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Local News

  • Pat Meers, long-time deputy clerk, dies at age 63

    Parthenia “Pat” Meers, a familiar face at the LaRue County Courthouse for three decades, died Sunday, July 31, after suffering a heart attack.

    It was just short of the anniversary (Aug. 1, 1983) she started her career at the courthouse and 364 days since her retirement from the circuit clerk’s office.

    Meers, 63, worked as chief deputy, handling juvenile casework. She was friendly, but firm in handling the confidential nature of the court files. It was common to see families asking for her assistance and advice in the office.

  • Page of Lincoln's early writing on display

    The oldest known sample of Abraham Lincoln’s writing will be on display during August at the Abraham Lincoln Presidential Library and Museum in Springfield, Ill., according to Myjournalcourier.com

    It's a page from teenage Lincoln's sum book, a homemade booklet of scratch paper Lincoln used to practice math.

    Lincoln's stepmother, Sarah Bush Johnston Lincoln, saved the book for 35 years. After the president's death, she gave it to his law partner, who gave away pages to Lincoln's friends. Ten pages still exist.

  • Mount Sherman post office could close

    Those who get their mail at Mount Sherman Post Office could soon have a change of address.

    The post office is one of about 3,700 being studied for possible closure by the U.S. Postal Service. More than 130 of the locations are in Kentucky.

    Last week, USPS announced in a press release that because more and more customers are conducting postal business online, on smart phones and at other retail stores, the need for post office locations, which is the largest retail network in the country, is declining.

  • Traditional lightbulbs on the way out

    Federal regulations will soon change the way residents light up a room.

    Beginning next Jan. 1, the new regulations will prohibit the sale of standard 100-watt incandescent light bulbs.

    On Jan. 1, 2013, the traditional 75-watt bulb will no longer be available, and on Jan. 1, 2014, the traditional 60- and 45-watt bulbs will no longer be sold. California began the transition this year.

  • PHOTO: Miss Teen 2011

    Miss Teen LaRue County Fair and Miss Congeniality Cayleigh Allen, Hodgenville, daughter of Cassie and Joe Allen; first runner up Morgan Miller, Breckinridge County, daughter of Philip and Britney Miller; second runner up Ansley Stalcup, Clinton County, daughter of Patricia and JR Stalcup; Miss Photogenic, Patricia Ann Gibson, Hodgenville, daughter of Melanie Wells and Roger Wells, and the late Denver Gibson.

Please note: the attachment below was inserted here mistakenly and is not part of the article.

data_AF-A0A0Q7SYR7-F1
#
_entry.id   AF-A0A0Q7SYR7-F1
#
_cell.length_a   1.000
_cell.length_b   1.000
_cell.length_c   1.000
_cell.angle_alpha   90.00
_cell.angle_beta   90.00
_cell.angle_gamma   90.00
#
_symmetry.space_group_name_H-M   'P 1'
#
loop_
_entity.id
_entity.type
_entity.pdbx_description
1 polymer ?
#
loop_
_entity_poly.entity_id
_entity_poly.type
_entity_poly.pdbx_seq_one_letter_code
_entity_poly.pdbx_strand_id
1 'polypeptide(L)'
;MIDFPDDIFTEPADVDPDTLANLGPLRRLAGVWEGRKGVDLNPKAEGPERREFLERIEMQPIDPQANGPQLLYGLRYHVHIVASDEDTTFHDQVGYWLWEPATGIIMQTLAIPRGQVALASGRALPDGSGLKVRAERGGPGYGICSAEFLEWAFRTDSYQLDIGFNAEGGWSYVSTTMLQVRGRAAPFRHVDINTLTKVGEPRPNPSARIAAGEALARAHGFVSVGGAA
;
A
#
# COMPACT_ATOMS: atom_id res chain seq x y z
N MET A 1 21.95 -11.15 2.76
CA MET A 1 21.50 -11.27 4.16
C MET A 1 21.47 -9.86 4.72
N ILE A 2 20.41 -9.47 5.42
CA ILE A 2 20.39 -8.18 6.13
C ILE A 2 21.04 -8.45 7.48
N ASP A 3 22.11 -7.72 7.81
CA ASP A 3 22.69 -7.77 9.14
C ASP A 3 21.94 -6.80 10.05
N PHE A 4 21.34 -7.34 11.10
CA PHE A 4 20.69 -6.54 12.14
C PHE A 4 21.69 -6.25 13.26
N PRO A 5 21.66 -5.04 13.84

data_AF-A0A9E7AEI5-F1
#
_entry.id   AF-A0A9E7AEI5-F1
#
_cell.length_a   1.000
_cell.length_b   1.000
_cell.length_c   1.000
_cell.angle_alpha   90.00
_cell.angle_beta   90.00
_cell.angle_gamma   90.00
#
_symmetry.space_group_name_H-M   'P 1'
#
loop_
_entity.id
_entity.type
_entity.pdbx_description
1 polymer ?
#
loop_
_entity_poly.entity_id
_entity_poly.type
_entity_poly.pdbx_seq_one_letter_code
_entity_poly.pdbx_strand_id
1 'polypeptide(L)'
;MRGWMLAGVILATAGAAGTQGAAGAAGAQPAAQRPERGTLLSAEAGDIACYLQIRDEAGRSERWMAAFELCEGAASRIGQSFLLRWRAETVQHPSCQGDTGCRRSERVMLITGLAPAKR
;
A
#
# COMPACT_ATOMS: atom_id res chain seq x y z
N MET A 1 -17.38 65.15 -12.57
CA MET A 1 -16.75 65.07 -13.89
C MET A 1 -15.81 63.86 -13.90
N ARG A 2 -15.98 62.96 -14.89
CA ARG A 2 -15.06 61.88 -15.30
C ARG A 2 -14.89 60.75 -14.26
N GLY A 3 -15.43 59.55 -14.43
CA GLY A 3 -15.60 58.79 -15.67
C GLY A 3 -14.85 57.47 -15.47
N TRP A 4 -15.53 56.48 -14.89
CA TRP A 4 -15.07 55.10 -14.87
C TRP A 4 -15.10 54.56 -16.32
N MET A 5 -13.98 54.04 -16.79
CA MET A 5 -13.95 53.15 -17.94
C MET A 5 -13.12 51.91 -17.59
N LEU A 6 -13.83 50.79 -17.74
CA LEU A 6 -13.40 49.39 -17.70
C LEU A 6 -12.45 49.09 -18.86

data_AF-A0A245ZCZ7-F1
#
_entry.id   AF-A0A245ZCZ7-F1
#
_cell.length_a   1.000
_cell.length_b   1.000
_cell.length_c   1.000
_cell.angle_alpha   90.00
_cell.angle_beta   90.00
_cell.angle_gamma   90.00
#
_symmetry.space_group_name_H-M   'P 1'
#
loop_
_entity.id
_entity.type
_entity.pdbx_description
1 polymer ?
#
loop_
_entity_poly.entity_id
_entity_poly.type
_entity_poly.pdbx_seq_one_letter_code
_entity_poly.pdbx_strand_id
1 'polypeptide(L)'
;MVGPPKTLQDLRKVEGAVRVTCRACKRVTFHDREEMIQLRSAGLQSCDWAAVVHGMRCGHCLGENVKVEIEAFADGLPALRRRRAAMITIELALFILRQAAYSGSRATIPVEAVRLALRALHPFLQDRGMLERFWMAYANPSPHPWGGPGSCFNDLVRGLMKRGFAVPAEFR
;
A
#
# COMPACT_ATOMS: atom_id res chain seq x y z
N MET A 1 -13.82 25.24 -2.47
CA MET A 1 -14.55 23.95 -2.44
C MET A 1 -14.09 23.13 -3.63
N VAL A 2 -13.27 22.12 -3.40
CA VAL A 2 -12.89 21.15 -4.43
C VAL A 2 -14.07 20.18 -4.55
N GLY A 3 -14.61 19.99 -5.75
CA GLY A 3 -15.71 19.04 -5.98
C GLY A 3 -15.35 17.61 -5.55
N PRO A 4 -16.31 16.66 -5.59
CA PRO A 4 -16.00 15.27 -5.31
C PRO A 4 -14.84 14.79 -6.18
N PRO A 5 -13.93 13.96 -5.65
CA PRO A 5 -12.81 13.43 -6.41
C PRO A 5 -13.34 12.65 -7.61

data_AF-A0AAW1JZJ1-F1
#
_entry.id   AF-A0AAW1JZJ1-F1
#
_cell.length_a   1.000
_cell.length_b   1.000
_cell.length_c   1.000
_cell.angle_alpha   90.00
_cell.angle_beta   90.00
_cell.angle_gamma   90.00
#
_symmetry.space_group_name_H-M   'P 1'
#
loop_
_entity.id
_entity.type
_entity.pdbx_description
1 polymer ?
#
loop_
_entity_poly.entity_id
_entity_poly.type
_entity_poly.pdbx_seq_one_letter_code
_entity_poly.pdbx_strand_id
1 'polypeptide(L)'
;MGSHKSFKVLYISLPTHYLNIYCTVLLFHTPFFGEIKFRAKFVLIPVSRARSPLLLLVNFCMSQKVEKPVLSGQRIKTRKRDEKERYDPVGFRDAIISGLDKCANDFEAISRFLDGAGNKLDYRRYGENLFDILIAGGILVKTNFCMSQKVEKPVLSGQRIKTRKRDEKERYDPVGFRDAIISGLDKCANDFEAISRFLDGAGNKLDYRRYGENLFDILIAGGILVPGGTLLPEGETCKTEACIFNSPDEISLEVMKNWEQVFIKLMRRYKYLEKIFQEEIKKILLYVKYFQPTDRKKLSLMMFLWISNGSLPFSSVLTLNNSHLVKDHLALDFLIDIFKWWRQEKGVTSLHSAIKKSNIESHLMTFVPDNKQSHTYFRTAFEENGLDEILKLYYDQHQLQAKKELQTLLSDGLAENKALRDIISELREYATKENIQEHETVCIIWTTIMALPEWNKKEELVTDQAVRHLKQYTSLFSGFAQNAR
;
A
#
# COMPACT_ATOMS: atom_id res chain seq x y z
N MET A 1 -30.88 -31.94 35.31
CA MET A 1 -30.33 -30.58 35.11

• One transported in car vs. garbage truck crash

    A Hodgenville woman escaped serious injury July 20 when she drove her car into the rear of a garbage truck.
    Angela Ballard, 25, was driving a 2001 Toyota Camry south on Bardstown Road in the Ovesen Heights community about 9 a.m., according to Chief Deputy Russell McCoy.
    The vehicle struck a southbound garbage truck owned by Waste Transport LLC of Elizabethtown and driven by Charles Robertson, 50, of Elizabethtown.

  • Varney named Mother of the Year

    Paula Varney was named Mother of the Year Monday at the LaRue County Fair. The award, sponsored by the LaRue County Extension Homemaker organization, is presented each year to a nominee from the community.
    Varney, the owner of Paula’s Hot Biscuit in Hodgenville, said the honor was made more special because her mother was named Mother of the Year at the fair 30 years ago.

  • Pair of queens crowned at fair

    Two young women were crowned queen Monday night at the 104th LaRue County Fair.
    Allison Cooper Carroll, 19, of Danville, was crowned Miss LaRue County Fair among the field of 31 contestants. She also finished third runner-up in the Miss Kentucky County Fair 2010 contest representing Marion County; and was a semifinalist in the Miss Kentucky Teen USA 2010 pageant. Carroll will represent LaRue County at the state pageant.

  • 'Freedom Drive' arrives at Abraham Lincoln Birthplace on July 27

    It's difficult to escape the subject of slavery when discussing the legacy of Abraham Lincoln.

    Although slavery was outlawed with the passage of the 13th Amendment to the United States Constitution, human trafficking is now the world's fastest-growing criminal activity.

  • Hodgenville man struck by lightning

     According to LaRue County 911, a Hodgenville man was struck by lightning during a storm about 10:45 p.m. Tuesday.

    Steve Druen, 42, was sitting in a metal lawn chair outside his home on S. Lincoln Boulevard when lightning struck a nearby light pole, according to City Police Chief Steve Johnson. The lightning "came across the yard and got him," Johnson said.

    Druen was able to walk to the ambulance that transported him to Hardin Memorial Hospital. He was treated and released.